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Update to Forum Rules: Criminal Allegations

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Free walk/jog help for the marcher?

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  • Free walk/jog help for the marcher?

    I have a 16-year-old Lippitt Morgan gelding that I do western dressage with. He's great, and done very well, but consistently get remarks on our free walk and free jog needing more stretch and reach and relaxation over the back. This horse is a marcher at the walk, especially a more forward walk. Always has been and it was actually commented on one of his last tests. I can get him to stretch his head down, but relaxing and getting a swinging walk have been a challenge - at best. It's gotten a hair better, but I would love ideas on how to work with him to relax more in that stride. It wasn't so much of an issue in Basic, but I think will be more so as we get into the levels.

    Personality wise, he's a very business-like horse. Super, super work ethic, but work is work, no time to chill. (His attitude, not mine).

  • #2
    Can you work more at the working walk on contact to engage his rear then slowly loosen tne reins so he doesn’t lose the engagement? He might be a hair short in the step department and not be stepping up and under enough to get that come from behind walk and jog.

    You want fewer bigger steps, not more smaller ones, that will give you the stretch and relaxation. If he can conformationally do it, hip and shoulder angles may not make it easy for him. Had great luck loosening them up walking them over ground poles, those help with straightness too. Does he track up straight or trail a hip in or out? Easy to see, have somebody stand behind while you ride away in a straight line. Or rake the ground smooth and ride him in a straight line then hop off and look at the hoof prints. Back should print right on top ir slightly ahead of the front. If it prints behind, he’s not reachng up and under to properly push off. If he’s not in line but crooked, he’s not going to be able to properly engage.

    Also, at 16 he is going to be experiencing some arthritic changes. Would be a good time to look at his joints behind, especially hocks. Hocks generate that push off when they are properly engaged. If they are stiff or sore they can’t step up to push off and often go crooked to protect the joint. Body work can help with stiffness but it’s totally unregulated , you need a vet to take a look at those aging joints anyway.

    He may just not ever be very good at extending his stride due to conformation but you can certainly improve where you are now. It’s a new thing, be patient and make sure he can comfortably do what you are asking before drilling it extensively.

    ETA he might also just not know he can move forward more freely, most tend to go too slow and constantly correct and slow if the horse makes at extending stride. Think about that too, he might be assuming he’ll get pulled up for taking bigger steps if most of his riders over the last 15 years or so checked him up for stepping out. Step out more at ALL gaits, let him extend, then collect keeping the impulsion.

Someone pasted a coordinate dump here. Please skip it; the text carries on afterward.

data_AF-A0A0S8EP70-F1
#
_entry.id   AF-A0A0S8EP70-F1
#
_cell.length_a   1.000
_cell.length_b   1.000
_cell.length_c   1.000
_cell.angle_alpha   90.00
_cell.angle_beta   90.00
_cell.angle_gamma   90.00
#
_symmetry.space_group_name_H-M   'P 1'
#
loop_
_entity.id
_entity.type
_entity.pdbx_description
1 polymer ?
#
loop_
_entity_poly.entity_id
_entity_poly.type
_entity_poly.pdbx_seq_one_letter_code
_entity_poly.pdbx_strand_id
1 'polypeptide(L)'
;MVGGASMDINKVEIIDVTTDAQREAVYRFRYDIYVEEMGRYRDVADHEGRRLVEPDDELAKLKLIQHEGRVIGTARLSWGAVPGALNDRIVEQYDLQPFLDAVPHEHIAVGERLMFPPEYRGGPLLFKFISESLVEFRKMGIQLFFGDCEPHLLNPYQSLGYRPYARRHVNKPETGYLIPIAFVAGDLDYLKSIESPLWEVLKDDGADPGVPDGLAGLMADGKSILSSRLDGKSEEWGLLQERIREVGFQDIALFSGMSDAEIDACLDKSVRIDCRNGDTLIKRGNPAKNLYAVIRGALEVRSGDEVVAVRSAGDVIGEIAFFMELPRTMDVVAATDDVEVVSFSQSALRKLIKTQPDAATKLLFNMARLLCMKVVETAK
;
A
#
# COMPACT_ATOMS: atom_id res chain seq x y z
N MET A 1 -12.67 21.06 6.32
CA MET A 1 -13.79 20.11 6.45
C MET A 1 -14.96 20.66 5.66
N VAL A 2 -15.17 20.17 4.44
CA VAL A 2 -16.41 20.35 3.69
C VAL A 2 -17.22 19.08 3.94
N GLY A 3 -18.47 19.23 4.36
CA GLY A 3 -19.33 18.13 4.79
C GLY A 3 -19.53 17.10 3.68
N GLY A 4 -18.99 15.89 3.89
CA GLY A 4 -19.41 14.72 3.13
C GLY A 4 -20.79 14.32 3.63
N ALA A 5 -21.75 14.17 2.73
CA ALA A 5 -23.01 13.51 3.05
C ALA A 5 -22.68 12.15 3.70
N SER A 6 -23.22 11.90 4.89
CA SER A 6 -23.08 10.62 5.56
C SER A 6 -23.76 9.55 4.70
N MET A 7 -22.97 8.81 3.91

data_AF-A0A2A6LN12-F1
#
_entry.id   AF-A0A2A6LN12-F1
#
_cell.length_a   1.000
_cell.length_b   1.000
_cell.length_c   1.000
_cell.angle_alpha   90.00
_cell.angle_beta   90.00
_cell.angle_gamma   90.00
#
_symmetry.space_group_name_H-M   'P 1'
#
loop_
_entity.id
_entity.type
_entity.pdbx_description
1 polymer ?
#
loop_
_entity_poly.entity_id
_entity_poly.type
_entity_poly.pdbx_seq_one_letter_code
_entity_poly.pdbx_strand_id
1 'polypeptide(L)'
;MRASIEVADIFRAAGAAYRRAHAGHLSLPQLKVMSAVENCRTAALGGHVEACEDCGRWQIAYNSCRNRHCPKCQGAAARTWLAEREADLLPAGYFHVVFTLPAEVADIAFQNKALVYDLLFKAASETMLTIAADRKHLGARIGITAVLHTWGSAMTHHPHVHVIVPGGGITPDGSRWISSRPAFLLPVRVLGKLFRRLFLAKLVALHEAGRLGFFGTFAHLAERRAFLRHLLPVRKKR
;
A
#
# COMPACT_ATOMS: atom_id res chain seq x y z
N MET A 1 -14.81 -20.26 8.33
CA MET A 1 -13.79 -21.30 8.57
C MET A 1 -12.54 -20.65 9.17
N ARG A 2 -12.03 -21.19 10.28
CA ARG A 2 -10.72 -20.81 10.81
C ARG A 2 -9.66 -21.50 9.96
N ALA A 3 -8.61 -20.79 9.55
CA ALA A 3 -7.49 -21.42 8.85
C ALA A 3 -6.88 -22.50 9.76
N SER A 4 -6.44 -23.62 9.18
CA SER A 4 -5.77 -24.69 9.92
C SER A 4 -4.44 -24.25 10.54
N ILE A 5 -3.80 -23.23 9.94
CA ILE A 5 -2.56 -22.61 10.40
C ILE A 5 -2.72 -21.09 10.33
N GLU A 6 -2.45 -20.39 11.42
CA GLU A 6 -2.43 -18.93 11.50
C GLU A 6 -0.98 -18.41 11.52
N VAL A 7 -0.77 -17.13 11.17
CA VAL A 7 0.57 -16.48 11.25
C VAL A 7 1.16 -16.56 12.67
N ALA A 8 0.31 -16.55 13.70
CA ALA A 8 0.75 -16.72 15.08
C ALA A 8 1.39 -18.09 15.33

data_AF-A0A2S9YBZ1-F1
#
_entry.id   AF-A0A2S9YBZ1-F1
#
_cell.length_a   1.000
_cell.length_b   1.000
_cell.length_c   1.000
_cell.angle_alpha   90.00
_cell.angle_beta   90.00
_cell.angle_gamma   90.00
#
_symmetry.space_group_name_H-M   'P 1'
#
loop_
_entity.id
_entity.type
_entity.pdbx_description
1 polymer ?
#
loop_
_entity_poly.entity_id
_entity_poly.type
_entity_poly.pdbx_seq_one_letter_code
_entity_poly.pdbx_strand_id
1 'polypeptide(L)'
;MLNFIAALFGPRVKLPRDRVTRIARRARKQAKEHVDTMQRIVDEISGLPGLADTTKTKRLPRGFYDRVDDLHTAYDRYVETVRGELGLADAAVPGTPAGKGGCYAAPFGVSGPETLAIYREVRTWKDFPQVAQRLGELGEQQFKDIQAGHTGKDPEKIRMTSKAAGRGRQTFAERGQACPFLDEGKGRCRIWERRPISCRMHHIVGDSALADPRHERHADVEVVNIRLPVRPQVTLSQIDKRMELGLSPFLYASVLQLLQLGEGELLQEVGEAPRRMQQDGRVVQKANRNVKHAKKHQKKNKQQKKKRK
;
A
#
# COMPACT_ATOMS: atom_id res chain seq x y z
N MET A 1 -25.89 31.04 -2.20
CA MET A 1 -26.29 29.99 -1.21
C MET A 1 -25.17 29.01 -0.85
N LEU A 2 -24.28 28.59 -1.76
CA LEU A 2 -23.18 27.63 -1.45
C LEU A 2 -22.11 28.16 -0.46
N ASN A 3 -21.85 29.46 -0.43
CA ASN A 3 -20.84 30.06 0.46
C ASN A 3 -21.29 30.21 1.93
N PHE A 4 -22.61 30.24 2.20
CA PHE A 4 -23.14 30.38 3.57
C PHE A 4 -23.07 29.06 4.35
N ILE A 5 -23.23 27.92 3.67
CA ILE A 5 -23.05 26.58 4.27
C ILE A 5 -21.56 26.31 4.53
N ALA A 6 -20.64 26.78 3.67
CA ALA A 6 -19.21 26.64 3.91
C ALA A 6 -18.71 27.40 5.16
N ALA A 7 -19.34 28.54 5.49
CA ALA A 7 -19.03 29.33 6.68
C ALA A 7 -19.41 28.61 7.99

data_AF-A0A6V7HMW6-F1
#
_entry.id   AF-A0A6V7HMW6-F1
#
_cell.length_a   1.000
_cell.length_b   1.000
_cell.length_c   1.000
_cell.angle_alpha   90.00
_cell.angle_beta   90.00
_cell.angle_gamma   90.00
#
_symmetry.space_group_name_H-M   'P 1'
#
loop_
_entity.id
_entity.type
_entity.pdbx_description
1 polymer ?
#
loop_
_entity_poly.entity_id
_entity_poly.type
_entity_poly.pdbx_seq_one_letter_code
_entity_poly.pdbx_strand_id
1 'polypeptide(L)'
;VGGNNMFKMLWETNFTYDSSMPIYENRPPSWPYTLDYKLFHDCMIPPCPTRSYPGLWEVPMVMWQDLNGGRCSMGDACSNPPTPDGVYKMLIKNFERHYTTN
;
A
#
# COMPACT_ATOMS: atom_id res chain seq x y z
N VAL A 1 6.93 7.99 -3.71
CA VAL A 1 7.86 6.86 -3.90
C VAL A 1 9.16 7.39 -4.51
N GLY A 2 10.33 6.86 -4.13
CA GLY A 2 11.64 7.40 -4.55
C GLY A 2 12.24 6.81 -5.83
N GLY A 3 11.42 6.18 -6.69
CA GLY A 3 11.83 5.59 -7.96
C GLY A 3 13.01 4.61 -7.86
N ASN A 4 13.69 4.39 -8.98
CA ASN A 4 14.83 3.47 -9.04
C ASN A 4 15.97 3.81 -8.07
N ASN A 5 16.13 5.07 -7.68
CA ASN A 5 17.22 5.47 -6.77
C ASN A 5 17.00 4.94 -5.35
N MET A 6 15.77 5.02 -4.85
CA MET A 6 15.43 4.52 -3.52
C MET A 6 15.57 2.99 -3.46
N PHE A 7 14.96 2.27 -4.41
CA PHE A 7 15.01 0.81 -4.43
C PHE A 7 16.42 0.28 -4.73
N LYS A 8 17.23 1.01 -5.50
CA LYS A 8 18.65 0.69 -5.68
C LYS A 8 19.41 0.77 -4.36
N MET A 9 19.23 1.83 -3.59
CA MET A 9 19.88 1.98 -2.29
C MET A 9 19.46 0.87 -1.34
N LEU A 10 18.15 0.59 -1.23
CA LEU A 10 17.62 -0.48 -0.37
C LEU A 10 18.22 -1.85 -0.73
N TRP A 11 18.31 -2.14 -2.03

When opportunity knocks it's wearing overalls and looks like work.

    The horse world. Two people. Three opinions.

    Comment


    • #3
      Walking up hills (if you have access) will teach/encourage him to push forward and under himself from behind, the same action you’re looking for in a free walk. If you can space the ground poles exactly right for his stride, so he has to reach and can’t sewing machine over them with steps in between, those are helpful too, as Findeight said. You might need a ground person to move them around by inches.

      Also when he actually HAS a more forward swinging walk at his disposal, you can cue that you want that swing, not speed not elevation, by cuing with alternating legs. Think of helping his belly swing out farther side to side as he walks (his belly moves out of the way for the driving hind so keeping in time cues the particular leg you want to reach further under him).

      Last, look at his feet and talk to your farrier. If he has long toes it makes it harder for the foot to roll over, encouraging a short marching way of going.

      Comment


      • #4
        Curious if you use a curb or a snaffle (or bitless)? When judging, it seems more difficult for riders to achieve a relaxed stretch in a curb, as many curbs self correct the head position (don't encourage the nose to stretch out), and/or riders aren't giving enough for the curb to not be in action.

        I also see riders that try too hard. Their stretch walk leaving is MUCH better than the one in the ring, because they are now relaxed! Try just relaxing like on a trail ride and see what happens.
        Freeing worms from cans everywhere!

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